going to invest $1 billion. We are investing our brand.
We’re working with Viktor and others. Is it going to be challenging?
The answer is, of course, yes, because this has never been done on this scale
anywhere in the world other than Silicon Valley, which grew almost naturally on it.
I do agree that the biggest asset in Russia is the people and the intellectual
capability and so we’re going to invest in R&D in terms of our second emerging
markets territory $100 million in venture capital. I’ve found the group’s very open
to really be able to say here’s what works and to bring it to their attention across
the board in terms of the direction. And the last point I would make is you
learn more about leaders, a country, individuals under stress. If you watch the way that the leadership
has handled the terrible events, you watch how classy it was, how open, how
they identified with everyone in the world, I think this is an opportunity for a
new beginning. So I’d encourage us to say let’s put the past behind us.
Let’s talk about how together we go forward to a modern Russia and I think
we can actually take a terrible crisis and take it up one level.
So we’re all in, very comfortable with the investments, know the risk involved and
don’t minimise those, but I would encourage us to have that
kind of dialogue. Great, thanks, John. We’ll
go over right here. We know each other well.
This is a question for you, Igor. You showed some great videos, you’ve got some
wonderful people up on your panel who are all saying very nice things about Russia.
My own experience has been different. For those of you who don’t know me, I was
the largest portfolio investor in Russia. I had $4.5 billion invested in the country
and I was investing in a number of Russian companies where I encountered corruption.
I complained about the corruption and as a result of complaining about the corruption
I was expelled from the country. My visa was permanently cancelled and
I was declared a threat to national security.
Shortly thereafter, the police raided my offices in Moscow and they took away all
of our corporate documents and we discovered a few months later that we
no longer owned our corporation. It had been fraudulently re-registered out
of our name into a convicted murderer who’d been released from jail early
to put his name on these documents. We hired seven lawyers to represent us;
they discovered that not only had our companies been stolen but the people who
stole our companies stole $230 million of taxes that we paid from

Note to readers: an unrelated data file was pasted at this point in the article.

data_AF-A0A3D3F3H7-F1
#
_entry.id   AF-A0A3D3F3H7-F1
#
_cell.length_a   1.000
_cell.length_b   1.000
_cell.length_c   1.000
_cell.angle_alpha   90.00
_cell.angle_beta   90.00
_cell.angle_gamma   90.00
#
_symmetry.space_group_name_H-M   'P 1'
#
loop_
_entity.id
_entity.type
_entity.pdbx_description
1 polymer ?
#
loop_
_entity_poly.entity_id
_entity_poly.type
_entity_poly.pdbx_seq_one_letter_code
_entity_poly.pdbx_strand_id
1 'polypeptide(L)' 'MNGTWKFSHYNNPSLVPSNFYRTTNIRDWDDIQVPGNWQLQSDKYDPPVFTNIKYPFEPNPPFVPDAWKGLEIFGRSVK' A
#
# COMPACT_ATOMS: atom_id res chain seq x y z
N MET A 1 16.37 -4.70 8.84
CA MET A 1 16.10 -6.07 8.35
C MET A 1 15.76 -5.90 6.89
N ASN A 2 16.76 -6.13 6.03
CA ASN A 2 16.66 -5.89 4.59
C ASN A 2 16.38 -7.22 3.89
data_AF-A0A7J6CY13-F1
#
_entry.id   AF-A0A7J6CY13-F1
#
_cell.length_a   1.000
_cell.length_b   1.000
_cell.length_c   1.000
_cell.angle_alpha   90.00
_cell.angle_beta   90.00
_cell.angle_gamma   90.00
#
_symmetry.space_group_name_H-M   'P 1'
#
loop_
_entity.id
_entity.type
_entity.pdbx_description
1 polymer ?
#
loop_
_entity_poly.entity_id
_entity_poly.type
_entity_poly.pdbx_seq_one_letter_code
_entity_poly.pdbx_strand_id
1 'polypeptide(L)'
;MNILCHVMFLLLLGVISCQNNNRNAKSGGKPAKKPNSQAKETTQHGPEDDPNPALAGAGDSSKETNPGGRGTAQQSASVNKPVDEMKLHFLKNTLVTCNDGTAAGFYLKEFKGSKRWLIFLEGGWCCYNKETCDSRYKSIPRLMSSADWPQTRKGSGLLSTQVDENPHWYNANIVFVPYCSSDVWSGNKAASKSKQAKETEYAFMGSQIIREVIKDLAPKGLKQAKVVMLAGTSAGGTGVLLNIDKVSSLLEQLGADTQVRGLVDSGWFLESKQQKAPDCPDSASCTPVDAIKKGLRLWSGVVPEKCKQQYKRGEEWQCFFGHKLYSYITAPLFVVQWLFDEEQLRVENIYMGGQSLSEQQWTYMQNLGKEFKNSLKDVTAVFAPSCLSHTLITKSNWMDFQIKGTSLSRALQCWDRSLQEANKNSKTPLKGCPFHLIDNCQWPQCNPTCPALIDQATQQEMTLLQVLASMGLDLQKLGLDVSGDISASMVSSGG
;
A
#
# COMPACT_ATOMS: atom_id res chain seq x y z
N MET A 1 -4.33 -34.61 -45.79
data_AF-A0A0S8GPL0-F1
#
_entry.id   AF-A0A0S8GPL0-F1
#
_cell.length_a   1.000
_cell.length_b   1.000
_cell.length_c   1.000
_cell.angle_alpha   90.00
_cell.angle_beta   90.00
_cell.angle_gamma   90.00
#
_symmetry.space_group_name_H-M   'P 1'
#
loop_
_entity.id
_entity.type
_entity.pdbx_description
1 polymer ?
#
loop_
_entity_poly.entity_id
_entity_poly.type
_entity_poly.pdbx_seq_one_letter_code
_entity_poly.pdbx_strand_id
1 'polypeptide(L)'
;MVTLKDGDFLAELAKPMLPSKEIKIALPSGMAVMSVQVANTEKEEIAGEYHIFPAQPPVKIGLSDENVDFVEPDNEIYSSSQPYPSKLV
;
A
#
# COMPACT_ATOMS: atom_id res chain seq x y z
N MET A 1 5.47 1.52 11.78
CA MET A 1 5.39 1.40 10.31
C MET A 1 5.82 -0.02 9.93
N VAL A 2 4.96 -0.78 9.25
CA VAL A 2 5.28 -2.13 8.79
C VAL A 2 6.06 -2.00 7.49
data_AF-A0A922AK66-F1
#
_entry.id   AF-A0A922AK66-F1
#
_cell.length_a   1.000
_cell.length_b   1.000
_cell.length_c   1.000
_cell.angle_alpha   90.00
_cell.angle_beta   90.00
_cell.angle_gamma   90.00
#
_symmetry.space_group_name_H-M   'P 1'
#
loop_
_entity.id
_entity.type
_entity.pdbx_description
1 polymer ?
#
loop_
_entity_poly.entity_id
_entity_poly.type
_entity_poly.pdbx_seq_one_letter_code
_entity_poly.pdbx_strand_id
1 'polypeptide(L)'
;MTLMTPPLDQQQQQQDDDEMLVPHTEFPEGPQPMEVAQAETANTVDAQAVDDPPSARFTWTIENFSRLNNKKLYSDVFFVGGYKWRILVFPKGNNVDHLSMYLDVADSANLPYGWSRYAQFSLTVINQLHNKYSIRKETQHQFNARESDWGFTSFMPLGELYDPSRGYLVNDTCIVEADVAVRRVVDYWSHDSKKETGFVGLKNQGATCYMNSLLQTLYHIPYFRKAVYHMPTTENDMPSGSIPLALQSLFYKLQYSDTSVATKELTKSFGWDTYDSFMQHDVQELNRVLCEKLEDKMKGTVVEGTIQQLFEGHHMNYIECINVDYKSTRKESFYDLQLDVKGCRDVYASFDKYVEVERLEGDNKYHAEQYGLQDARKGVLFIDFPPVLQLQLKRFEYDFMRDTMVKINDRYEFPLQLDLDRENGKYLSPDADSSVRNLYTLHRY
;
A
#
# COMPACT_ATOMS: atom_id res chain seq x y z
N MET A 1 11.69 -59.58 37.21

the Russian government. We filed criminal complaints, our lawyer
was arrested – one of our lawyers was arrested, six of them fled the country.
The one who was arrested was then tortured and killed in prison by the Interior
Ministry. This is a worldwide story. The President of the country called for an
investigation into the people who killed my lawyer.
One year after the investigation the people who killed the lawyer have been promoted
and honoured with state honours. Now, my question for you, Igor, is what’s
going to prevent all of these reputable companies, particularly Pepsi, who’s just
gone in, from having the same experience and why should anybody, after my experience
and after nothing has been done, consider investing in Russia? First,
I have to acknowledge that we have both sides of the coin.
We have people who are very successful and earned a lot of money in Russia and we
have unsuccessful stories and people who lost and, unfortunately, as you just mentioned,
some people died and so on and so forth.
And we know this case very well and you just mentioned promotion of the
people who were involved. I’m not familiar with this, but I know
that the reaction of my President was immediate when Mr Magnitsky was found
dead that around 20 people were fired immediately and 20 people were under
certain proceedings within the Ministry of Interior. So it was not just the case
which everybody forgot the next day and the President was instructing authorities
himself. He was very pushy. He wanted that this case should be as
much transparent as possible and, unfortunately, I don’t know the result
and whether the criminal proceedings are now finalised and the materials were
transmitted to the court. I have no idea.
But a year ago it was very loud and everybody believed that President Medvedev
was personally involved and he was involved in such a way in order
to try to find the truth. But your question was about the future,
I think, not about the past. The past is very important, not always the